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[Illustration: _In the case was a clue to the gold coin theft_]




_New York_

_All Rights Reserved_




















_Sunshine Assignment_

Swirls of heavy snowflakes, driven by a brisk wind that whistled across
the vast expanse of concrete runways that is New York City’s Idlewild
Airport, dashed against the big picture window in the Personnel Lounge
and spiraled back into the murky whiteness of the winter morning.
Inside the comfortable room, four girls, all dressed in the trim, blue
uniform of Federal Airlines stewardesses, sat in soft leather armchairs.

“Of all the luck!” One of the girls, a tall brunette, grinned as she
shook her head in mock despair. “Here it is, the middle of the worst
winter we’ve had in years, and what do I draw as my new assignment? New
York to Chicago! The two coldest towns in the world! And you two, you
lucky kids, get the Florida run!”

Vicki Barr tucked a strand of her ash blond hair in place, and her
laugh tinkled like Chinese chimes stirred by a gentle breeze.

“Your trouble, Sue,” she said, “is that you don’t wish on stars. Now
the other night, flying down from Boston, I looked out the window and
there was Venus hanging up in the sky as bright and pretty as you
please. So I just said, ‘Star light, star bright, first star I’ve seen
tonight, I wish I may, I wish I might get the wish I wish tonight ...’”

“Oh, now, go away!”

“No. I really mean it. I said, ‘I wish I am assigned to the Florida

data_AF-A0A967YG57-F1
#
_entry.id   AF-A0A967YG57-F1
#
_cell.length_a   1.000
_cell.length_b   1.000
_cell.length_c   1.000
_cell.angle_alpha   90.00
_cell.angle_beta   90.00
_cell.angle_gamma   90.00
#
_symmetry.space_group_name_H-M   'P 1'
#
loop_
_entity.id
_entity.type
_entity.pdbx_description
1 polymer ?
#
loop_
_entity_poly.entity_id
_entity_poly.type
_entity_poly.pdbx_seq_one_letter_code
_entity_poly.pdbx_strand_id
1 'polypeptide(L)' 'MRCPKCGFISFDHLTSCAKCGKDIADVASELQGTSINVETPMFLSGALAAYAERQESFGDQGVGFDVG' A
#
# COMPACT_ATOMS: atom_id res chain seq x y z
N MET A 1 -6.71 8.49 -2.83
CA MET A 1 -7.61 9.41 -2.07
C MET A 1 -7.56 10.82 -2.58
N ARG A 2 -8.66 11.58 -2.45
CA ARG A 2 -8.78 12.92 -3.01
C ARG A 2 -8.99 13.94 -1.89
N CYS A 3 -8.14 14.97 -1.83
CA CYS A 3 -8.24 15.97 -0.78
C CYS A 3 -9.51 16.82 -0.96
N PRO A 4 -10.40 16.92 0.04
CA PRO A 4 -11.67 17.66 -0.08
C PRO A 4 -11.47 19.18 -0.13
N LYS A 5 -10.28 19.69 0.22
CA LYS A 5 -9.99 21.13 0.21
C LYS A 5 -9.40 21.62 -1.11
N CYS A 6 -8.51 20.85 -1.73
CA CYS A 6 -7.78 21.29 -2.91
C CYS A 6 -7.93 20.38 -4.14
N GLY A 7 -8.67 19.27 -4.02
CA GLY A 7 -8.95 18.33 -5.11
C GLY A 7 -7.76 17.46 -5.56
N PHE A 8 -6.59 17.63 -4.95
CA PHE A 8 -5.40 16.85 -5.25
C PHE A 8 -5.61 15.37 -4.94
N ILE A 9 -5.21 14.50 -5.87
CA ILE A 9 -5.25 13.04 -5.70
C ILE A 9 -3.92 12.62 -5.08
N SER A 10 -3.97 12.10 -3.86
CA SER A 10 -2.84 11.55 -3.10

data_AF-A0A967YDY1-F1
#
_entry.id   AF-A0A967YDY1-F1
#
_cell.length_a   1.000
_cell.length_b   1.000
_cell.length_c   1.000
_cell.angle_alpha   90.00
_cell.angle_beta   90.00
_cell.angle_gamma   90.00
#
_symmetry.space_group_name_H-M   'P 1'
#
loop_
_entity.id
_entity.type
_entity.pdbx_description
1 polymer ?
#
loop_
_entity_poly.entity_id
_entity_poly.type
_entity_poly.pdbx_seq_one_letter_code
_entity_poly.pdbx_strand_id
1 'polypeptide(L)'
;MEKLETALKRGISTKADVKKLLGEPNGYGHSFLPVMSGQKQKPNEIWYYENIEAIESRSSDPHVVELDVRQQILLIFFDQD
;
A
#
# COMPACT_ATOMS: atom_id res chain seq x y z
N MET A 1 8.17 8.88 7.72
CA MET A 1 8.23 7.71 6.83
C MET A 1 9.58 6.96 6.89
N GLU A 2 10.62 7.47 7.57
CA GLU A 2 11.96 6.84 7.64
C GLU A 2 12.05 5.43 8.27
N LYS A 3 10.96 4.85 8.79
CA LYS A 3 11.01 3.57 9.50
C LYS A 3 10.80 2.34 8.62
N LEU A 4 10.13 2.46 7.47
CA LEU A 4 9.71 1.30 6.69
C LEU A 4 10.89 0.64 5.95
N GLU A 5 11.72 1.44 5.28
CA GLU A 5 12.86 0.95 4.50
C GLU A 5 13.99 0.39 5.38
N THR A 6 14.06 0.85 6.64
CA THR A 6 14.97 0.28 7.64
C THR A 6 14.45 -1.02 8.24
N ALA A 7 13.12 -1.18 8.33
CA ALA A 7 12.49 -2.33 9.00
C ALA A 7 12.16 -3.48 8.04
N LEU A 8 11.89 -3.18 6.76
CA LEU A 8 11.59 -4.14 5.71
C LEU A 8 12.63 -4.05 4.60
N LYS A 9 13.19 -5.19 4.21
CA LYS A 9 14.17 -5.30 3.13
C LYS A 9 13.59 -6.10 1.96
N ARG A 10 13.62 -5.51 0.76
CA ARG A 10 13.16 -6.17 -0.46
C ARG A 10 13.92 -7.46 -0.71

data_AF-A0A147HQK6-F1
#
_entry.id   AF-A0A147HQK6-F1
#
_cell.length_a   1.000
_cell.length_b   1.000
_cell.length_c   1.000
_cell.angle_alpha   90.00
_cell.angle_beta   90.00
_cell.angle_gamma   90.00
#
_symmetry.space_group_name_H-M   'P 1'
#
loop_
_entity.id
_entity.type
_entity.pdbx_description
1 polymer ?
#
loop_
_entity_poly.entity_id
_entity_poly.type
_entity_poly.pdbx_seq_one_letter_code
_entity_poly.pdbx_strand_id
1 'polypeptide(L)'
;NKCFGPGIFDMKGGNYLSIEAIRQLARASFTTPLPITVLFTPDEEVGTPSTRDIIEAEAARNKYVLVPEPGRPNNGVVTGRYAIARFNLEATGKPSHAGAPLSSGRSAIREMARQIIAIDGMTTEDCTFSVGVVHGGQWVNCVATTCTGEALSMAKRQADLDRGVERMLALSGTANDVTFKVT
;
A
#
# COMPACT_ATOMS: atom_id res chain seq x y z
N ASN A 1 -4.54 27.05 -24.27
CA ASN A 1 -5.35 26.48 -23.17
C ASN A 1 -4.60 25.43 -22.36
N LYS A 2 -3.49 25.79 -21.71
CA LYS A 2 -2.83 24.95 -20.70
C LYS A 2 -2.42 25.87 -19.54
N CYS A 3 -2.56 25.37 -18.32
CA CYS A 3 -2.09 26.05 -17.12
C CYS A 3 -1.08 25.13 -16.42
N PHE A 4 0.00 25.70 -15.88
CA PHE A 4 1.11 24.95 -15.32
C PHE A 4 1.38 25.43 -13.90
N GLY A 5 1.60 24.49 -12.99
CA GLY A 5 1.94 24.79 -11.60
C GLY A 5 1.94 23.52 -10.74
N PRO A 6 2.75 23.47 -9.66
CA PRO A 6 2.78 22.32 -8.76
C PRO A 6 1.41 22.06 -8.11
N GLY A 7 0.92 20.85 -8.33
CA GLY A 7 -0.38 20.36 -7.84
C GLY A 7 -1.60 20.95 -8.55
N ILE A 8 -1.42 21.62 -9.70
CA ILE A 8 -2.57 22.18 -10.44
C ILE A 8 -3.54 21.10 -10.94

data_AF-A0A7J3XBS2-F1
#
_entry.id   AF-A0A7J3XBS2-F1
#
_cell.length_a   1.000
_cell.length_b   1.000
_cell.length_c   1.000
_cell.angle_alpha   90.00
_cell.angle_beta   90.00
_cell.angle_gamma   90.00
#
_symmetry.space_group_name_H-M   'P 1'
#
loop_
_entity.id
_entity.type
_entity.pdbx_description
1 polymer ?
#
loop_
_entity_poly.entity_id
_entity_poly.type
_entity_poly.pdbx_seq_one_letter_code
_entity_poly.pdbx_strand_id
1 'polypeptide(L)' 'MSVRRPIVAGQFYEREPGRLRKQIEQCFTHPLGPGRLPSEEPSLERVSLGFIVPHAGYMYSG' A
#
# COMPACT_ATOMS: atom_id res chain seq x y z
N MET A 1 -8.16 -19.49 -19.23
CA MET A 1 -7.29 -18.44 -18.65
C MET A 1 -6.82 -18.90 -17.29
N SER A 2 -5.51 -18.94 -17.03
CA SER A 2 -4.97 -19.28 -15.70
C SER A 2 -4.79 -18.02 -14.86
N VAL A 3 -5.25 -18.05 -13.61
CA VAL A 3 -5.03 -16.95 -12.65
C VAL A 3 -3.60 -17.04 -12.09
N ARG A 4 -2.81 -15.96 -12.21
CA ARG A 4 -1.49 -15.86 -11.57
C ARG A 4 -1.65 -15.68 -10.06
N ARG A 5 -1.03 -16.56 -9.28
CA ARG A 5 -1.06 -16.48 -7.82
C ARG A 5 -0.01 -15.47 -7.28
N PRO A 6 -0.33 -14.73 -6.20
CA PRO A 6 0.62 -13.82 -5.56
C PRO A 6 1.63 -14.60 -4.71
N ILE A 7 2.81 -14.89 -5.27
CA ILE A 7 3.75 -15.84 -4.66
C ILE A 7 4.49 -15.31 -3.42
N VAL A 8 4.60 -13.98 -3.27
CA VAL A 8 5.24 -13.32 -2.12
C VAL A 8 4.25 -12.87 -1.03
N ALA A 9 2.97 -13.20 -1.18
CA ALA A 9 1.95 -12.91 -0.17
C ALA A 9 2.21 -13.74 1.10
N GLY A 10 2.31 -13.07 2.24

run.’ And the next morning the Chief Stewardess called me into her
office and told me that my new assignment was New York to Tampa.”

Sue chuckled. “Vicki, you little vixen, I don’t know whether to believe
you or not. But just the same I envy you. When I think of Chicago in
this weather ...” She shuddered. “B-r-r-r-r! And I do mean B-r-r-r!”

“I envy you,” one of the other girls spoke up. “You kids are really
going to have fun! I was reading the other day about the big pirate
carnival they have every year about this time down in Tampa. It’s
supposed to be as gay and giddy as the New Orleans Mardi Gras.”

“That’s the Gasparilla Pirate Festival,” the fourth girl, Vicki’s
co-stewardess, volunteered. Cathy Solms was a tall, slender girl about
Vicki’s own age, with flaming red hair that contrasted sharply with
the pale blue of her perky cap. “And you’re right. Vicki and I are
going to have buckets of fun.” She winked at her flight partner and
grinned. “By the way, Vicki, I wonder what big things are happening out